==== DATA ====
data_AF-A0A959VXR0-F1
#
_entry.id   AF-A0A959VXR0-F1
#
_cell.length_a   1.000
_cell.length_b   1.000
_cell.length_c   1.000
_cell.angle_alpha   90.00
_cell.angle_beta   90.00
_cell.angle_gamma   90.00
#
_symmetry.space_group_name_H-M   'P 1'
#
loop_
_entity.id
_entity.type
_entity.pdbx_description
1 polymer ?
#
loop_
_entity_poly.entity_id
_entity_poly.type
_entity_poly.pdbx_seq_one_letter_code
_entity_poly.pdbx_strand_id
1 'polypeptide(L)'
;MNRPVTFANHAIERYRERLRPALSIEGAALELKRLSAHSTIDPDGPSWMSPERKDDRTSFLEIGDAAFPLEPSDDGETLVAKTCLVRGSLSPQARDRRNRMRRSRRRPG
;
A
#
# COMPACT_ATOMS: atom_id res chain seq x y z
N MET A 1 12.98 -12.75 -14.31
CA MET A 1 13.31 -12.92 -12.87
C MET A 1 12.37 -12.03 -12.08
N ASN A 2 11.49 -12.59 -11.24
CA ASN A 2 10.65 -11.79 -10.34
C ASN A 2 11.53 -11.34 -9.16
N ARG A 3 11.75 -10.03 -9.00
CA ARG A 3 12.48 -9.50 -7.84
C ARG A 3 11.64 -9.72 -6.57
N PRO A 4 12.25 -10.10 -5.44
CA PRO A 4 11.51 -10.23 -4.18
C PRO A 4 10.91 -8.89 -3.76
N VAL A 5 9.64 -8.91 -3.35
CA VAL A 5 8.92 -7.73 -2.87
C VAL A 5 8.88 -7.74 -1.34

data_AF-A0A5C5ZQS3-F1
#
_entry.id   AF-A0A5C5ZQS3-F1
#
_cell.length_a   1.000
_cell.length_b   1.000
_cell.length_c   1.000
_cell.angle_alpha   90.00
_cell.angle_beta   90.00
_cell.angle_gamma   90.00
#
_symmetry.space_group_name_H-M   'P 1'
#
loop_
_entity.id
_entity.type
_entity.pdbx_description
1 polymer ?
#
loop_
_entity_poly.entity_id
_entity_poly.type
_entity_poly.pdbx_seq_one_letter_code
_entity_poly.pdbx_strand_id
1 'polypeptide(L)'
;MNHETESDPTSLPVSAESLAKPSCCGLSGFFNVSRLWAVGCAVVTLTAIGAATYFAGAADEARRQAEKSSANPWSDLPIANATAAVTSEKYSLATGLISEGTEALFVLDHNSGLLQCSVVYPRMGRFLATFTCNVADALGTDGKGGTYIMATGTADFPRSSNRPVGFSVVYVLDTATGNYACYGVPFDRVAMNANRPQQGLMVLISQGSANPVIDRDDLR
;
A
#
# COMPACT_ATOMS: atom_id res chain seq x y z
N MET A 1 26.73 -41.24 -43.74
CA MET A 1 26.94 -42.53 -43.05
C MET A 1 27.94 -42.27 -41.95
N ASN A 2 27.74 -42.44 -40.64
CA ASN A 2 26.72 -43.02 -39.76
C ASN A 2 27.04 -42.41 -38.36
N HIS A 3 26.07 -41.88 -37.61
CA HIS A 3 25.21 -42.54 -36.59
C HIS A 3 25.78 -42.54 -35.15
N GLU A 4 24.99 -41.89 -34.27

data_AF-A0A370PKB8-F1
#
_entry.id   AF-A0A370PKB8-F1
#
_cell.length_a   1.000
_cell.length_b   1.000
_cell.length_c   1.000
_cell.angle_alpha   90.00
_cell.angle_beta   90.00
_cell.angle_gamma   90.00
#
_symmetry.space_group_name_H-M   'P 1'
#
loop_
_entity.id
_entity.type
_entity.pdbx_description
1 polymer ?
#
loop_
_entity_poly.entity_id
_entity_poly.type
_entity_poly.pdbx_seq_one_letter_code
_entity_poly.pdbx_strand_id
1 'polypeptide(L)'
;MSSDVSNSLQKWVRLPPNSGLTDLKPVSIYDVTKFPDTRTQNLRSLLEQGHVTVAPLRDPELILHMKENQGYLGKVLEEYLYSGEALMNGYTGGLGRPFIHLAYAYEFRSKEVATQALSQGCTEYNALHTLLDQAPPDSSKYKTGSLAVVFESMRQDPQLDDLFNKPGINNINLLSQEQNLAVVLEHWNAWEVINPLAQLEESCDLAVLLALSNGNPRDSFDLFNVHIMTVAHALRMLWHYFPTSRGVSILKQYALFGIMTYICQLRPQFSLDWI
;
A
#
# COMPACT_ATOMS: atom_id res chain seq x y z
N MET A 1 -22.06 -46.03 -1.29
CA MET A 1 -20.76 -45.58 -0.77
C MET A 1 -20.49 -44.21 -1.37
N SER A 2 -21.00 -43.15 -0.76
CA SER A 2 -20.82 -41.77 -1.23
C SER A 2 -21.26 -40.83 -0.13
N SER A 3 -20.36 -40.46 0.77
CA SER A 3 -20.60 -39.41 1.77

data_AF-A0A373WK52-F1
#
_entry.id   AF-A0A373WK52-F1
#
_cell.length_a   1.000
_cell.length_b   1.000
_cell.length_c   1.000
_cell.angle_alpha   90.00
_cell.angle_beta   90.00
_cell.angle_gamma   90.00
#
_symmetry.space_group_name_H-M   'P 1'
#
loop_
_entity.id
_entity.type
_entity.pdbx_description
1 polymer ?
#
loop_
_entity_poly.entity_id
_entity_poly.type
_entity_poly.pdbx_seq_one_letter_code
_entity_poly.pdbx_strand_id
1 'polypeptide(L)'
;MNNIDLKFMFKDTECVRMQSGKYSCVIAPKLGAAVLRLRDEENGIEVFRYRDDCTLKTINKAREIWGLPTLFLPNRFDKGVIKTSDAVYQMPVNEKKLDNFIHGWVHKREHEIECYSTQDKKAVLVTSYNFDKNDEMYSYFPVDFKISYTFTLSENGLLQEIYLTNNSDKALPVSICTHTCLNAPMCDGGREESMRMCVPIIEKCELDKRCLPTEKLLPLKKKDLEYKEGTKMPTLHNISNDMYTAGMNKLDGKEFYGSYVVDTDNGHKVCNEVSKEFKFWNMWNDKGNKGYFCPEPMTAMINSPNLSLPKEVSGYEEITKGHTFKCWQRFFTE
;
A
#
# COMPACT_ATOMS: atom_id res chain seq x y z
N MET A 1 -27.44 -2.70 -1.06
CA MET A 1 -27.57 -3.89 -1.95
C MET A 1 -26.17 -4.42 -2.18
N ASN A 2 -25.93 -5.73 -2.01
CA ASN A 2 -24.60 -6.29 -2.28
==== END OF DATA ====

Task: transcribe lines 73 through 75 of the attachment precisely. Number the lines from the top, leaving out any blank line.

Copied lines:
A
#
# COMPACT_ATOMS: atom_id res chain seq x y z